|Type of paper:||Critical thinking|
|Categories:||Intelligence Consciousness Human behavior Emotional intelligence|
The "Stroop" test is a neurophysiological test that is used to test the ability of the human brain to change its frequent perception when faced with a different situation than what it is accustomed to and give the appropriate response. The "Stroop" test also tests participants on the ability to be attentive and direct the focus of their thoughts to the task they are undertaking so that they can give the appropriate response. Heading attention towards one activity is difficult and tiresome for the brain, and this results in a condition known as directed attention fatigue which lowers the overall mental effectiveness to focus on the business for a considerable period. The stoop test is used for both clinical and psychological tests and largely depends on the language processing ability of the human mind. The test involves a set of congruent and incongruent criteria. The congruent trials include color names written in the same ink color as the word; for example, the word green is printed in green color. At the same time, the incongruent trials included color names being written in different ink color. For example, the word green wrote in red ink. It was found that participants easily read words that were written in the same ink as the color name, whereas they took more time to name the color in the incongruent test. The automatic impulse of the brain is reading the word itself, and therefore participants find it challenging to process the name of the ink used to print the word. In most cases, they forget and read the word itself.
The explanation for the varied results in naming the word and color inks could be interference. The reading of the phrase and naming of color ink used to print the world are two responses within the same set that conflict and hence inhibit the brain from giving the accurate answer. The computation of processing the color names is interrupted by reading the word Over the years, researchers in the field of psychology have tried to come up with different versions of the "Stroop" test. Still, the word color test remains to be the most widely used. The stoop test effect is detected using the stoop test, and it is used to diagnose neurological and psychiatric disorders. For example, complications that might affect the brain's processing ability, planning, decision making, and managing interference. This mental disorders might inhibit one's mind from functioning appropriately for example if someone is not able to manage interference then this may hinder them from executing two tasks at the same time such as; if you are driving and texting and your brain is not able to perform the two tasks simultaneously then you might concentrate on texting and lose control of the car causing an accident. Other interference disorders that the tool is used to detect include attention deficit disorder, depression, schizophrenia and addictions.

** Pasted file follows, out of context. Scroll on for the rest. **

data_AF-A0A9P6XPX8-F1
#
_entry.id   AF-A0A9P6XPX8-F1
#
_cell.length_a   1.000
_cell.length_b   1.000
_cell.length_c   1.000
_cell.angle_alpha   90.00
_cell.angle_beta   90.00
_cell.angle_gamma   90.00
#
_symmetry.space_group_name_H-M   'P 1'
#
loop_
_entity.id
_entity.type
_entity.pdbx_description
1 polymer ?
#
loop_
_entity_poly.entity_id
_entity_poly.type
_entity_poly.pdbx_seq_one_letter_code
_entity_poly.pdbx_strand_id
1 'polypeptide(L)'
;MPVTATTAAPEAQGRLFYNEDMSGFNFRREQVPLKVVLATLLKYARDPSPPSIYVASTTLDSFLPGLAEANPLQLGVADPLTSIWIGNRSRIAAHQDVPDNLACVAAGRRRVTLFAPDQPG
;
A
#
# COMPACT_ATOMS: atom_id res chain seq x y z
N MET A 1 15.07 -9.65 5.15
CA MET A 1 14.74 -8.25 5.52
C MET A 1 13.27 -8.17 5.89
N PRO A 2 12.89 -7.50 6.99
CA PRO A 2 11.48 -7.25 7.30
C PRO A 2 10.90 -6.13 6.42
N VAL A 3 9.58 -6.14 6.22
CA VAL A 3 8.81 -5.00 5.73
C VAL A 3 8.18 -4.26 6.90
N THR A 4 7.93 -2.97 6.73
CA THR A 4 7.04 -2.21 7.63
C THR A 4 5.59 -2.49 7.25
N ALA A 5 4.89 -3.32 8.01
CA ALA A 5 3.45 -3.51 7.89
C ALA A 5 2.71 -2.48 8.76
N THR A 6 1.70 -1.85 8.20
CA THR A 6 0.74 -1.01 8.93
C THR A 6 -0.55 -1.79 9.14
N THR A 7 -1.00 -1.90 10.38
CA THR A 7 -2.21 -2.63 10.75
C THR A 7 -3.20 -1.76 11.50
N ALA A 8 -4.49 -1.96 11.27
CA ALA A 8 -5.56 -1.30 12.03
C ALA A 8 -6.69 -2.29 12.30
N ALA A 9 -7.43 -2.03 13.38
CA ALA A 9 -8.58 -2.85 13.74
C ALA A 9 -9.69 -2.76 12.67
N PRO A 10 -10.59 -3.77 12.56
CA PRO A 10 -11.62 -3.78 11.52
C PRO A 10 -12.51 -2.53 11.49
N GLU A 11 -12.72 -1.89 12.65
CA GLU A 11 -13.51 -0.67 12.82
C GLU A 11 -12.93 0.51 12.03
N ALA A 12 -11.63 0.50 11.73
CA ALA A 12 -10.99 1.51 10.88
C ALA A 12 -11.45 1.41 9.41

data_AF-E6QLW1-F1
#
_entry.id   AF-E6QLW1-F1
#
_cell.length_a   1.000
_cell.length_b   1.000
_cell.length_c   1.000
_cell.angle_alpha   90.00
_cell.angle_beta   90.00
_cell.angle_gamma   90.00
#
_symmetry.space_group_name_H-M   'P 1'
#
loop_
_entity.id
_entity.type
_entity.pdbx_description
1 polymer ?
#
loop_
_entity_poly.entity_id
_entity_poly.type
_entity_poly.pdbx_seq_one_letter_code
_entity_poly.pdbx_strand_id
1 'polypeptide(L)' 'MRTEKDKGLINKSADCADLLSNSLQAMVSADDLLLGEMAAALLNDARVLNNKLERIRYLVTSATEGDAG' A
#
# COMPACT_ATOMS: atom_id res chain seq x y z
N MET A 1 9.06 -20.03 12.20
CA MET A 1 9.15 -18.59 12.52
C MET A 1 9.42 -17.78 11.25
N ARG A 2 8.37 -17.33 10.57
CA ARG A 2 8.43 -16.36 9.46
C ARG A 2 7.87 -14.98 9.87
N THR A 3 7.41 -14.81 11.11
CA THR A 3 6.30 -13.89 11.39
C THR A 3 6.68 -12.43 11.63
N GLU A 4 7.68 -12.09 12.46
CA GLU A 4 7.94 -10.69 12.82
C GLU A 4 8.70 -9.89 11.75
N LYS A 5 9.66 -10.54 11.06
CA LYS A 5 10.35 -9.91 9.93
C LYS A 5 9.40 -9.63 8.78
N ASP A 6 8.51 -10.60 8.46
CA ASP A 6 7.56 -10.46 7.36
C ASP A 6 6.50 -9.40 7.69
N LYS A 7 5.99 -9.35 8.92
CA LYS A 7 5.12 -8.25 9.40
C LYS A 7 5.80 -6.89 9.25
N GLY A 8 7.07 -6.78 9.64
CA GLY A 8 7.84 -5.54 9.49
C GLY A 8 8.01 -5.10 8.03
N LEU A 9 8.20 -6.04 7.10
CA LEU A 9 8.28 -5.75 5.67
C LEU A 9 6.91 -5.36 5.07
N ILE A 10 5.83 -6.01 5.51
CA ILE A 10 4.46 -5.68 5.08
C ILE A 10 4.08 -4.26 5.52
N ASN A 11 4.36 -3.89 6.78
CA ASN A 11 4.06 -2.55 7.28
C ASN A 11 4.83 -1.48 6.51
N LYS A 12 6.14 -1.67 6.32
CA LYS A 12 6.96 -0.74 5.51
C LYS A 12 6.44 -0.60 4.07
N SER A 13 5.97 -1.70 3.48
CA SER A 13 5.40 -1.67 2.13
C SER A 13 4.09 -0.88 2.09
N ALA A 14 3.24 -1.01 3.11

An emotional imbalance has also been found to be a contributor in the way in which participants respond in the "Stroop" test. For example, people suffering from depression and post-traumatic effects will tend to lose focus when they have to read words that relate to their traumatic experiences. This proves that emotions also play a role in the way the brain perceives distracting and irrelevant information when executing tasks.
Ben-Haim, M. S., Mama, Y., Icht, M., & Algom, D. (2014). Is the emotional Stroop task a special case of mood induction? Evidence from sustained effects of attention under emotion. Attention, Perception, & Psychophysics, 76(1), 81-9
Comalli Jr, P. E., Wapner, S., & Werner, H. (1962). Interference effects of Stroop color-word test in childhood, adulthood, and aging. The Journal of genetic psychology, 100(1), 47-53.
Jensen, A. R., & Rohwer Jr, W. D. (1966). The Stroop color-word test: a review. Acta Psychologica, 25, 36-93.
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